“I ended up as a migrant quite by accident,” smiles Borys Baran.
“I had come here on holiday four years ago to visit my cousin for a couple of weeks, and just ended up staying after that. I remember calling up my parents and saying ‘yeah I’m not coming home as early as expected….”
Borys is part of the staff at the Portobello Road branch of the acclaimed Gail’s Bakery, where he works with a host of other migrants in the UK – in fact, the only non-migrant is their manager Martin.
“It’s interesting, seeing how we all fill the gaps in so many job sectors here – it says enough that all my colleagues at the café are migrants.”
A typical day for the 25-year-old Pole means coming to work a little before 7am, when he starts his shift, and finally finishing at 2pm. At other days, he works the same eight-hour shift from around one or two o’clock in the afternoon till the café closes.
Although for Borys working as a migrant in the UK is not just about the money. He holds a degree in administration from Adam Mickiewicz University in Poland, is fluent in English, and also wants to do a Master’s degree further on. If confronted with either a job that pays more or a one that has a lesser salary but is more connected to what he wants to do, he would rather choose that job that best allows him to follow his passion.
The Polish community in London now numbers 555,000, larger than the Irish (353,000) and the Indian (327,000) communities.
“Five years ago, there was a point where I would hear Polish everywhere, though it’s become a lot more mixed now than it was before.”
“It’s not as if I lead a different life as a migrant –I enjoy rollerblading, reading books, going to the pub and having a fun time with my friends once in a while…honestly I like to things that any other Londoner would.”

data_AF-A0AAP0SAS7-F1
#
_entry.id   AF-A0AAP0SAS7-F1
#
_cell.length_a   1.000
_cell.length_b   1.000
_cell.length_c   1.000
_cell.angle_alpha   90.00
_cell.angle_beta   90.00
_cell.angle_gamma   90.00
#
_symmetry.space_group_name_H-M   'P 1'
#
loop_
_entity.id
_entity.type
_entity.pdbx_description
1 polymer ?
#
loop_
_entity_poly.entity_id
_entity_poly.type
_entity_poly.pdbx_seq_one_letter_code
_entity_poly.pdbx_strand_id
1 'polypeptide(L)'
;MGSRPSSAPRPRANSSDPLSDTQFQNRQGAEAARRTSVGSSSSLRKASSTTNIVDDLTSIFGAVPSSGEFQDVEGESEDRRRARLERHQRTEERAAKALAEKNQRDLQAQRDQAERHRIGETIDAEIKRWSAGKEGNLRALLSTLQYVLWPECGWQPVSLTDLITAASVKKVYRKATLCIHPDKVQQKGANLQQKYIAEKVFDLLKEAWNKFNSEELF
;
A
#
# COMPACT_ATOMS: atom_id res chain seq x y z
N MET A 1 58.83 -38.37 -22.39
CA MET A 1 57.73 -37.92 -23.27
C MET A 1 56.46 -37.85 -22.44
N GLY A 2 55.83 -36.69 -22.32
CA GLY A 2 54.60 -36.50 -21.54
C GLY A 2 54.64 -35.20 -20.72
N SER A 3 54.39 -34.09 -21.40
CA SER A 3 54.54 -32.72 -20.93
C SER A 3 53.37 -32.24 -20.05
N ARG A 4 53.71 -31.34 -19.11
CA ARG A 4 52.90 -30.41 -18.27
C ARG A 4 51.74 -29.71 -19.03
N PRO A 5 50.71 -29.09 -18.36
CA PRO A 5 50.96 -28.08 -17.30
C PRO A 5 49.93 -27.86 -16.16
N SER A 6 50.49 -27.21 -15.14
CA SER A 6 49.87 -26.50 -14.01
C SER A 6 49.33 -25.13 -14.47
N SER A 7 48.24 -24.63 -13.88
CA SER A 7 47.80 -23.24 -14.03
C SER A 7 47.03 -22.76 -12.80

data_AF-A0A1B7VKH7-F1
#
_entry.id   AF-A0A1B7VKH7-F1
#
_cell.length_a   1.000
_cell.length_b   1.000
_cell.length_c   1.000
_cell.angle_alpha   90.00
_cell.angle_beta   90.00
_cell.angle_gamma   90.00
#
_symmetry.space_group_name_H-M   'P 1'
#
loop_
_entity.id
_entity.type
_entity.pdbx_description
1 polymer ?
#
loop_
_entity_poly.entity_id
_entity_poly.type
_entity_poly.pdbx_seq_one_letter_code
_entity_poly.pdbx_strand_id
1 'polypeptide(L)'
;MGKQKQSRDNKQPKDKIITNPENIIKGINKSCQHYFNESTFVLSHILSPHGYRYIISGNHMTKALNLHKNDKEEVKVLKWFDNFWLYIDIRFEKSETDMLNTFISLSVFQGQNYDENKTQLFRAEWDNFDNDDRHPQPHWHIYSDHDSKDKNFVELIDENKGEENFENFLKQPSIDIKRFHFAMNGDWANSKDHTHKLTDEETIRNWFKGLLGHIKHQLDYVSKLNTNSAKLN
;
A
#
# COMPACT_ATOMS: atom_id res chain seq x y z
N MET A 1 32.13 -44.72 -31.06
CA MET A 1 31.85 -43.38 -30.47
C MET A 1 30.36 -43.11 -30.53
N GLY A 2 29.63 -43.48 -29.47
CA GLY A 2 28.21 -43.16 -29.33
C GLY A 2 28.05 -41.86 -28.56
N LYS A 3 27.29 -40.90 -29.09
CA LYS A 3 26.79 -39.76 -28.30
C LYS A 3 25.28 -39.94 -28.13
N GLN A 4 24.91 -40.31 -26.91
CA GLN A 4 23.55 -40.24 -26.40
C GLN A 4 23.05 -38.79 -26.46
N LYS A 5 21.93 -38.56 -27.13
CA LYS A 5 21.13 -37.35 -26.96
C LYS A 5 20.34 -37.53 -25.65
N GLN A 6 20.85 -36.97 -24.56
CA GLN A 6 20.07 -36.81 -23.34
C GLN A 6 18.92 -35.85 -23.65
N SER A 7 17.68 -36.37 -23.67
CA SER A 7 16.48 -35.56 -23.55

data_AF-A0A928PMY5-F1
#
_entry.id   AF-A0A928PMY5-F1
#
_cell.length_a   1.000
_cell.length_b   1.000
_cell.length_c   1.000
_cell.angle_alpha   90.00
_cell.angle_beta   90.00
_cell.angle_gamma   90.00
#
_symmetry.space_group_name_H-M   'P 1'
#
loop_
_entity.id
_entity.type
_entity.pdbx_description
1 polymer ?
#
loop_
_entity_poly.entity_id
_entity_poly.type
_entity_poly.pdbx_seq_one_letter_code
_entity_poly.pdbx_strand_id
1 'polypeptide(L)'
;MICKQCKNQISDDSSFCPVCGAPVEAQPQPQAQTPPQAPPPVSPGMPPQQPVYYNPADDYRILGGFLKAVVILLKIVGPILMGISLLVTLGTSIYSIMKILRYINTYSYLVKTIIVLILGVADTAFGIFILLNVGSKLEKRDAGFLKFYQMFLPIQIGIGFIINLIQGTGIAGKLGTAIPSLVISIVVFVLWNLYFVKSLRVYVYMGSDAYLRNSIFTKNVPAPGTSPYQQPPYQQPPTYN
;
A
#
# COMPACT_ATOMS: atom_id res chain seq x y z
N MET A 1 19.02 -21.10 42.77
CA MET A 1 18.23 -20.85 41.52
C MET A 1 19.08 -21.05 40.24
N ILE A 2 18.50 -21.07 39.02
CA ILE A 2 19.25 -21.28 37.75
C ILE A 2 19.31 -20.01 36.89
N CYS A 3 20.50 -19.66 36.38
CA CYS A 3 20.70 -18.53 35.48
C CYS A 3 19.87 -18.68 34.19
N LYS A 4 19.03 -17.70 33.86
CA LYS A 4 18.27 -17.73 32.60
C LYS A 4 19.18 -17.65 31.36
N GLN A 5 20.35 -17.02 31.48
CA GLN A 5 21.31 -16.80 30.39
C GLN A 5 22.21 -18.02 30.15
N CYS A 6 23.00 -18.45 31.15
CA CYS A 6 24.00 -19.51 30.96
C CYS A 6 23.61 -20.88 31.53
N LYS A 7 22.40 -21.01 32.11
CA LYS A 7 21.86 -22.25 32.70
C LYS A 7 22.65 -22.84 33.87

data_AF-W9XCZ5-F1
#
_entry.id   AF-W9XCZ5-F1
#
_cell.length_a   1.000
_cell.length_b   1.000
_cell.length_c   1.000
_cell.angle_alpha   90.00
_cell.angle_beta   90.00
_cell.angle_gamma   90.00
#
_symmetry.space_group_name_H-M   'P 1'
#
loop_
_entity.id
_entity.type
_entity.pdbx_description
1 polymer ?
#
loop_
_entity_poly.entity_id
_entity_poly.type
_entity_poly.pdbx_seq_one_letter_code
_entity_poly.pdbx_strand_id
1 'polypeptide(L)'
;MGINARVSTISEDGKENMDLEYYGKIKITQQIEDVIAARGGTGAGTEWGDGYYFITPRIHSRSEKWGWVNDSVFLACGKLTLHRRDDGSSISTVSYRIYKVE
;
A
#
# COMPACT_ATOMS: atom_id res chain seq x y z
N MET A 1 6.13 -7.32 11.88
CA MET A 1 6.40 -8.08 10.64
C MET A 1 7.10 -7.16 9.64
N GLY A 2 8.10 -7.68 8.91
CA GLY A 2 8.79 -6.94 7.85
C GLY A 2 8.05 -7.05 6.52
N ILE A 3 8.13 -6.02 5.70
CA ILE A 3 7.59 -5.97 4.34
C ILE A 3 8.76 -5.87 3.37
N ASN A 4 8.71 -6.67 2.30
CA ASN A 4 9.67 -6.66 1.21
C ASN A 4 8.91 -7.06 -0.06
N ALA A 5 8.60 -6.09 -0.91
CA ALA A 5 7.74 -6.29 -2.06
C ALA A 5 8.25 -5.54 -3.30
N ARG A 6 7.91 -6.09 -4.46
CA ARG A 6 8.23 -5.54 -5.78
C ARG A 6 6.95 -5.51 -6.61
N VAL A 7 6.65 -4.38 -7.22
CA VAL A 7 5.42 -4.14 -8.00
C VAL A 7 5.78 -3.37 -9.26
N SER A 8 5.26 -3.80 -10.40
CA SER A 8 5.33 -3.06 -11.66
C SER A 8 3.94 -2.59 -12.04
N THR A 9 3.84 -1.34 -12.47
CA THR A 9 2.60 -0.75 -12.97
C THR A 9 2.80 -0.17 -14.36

However, Borys does not think that most Poles come to London to eventually settle down. He knows many of his countrymen who have bought or built houses in their hometown with their earnings in the UK, or have come here to get a better idea of what it is like to work in an international city.
“I came here to tap into the opportunities available here to work globally…you can’t really do that if you stay confined to your home country.”
Borys also plans on going to his home in Walbrzych in a month, saying he’ll miss London’s “multicultural character”.
He plans on staying in Poland for the next two or three years, though he might return if the economic situation in his country worsens.
“Life in London is easier in some ways…there’s a lot more that you can do with your disposable income, and what you can buy has a better connection to what you actually earn than in Poland where the tax rate on certain items is as high as 45 per cent.”
He does however have advice for migrants who do plan on coming to work in the UK, as he was made aware of some harsh truths while leading his life here.
“It’s not a fairy-tale life that you lead when you come here. There is a lot of work to be done, and you may not always get to do what you want, or even have the time to. Beyond a point, you need to hide your ambitions in your pockets until the next big opportuinity,” winks Borys.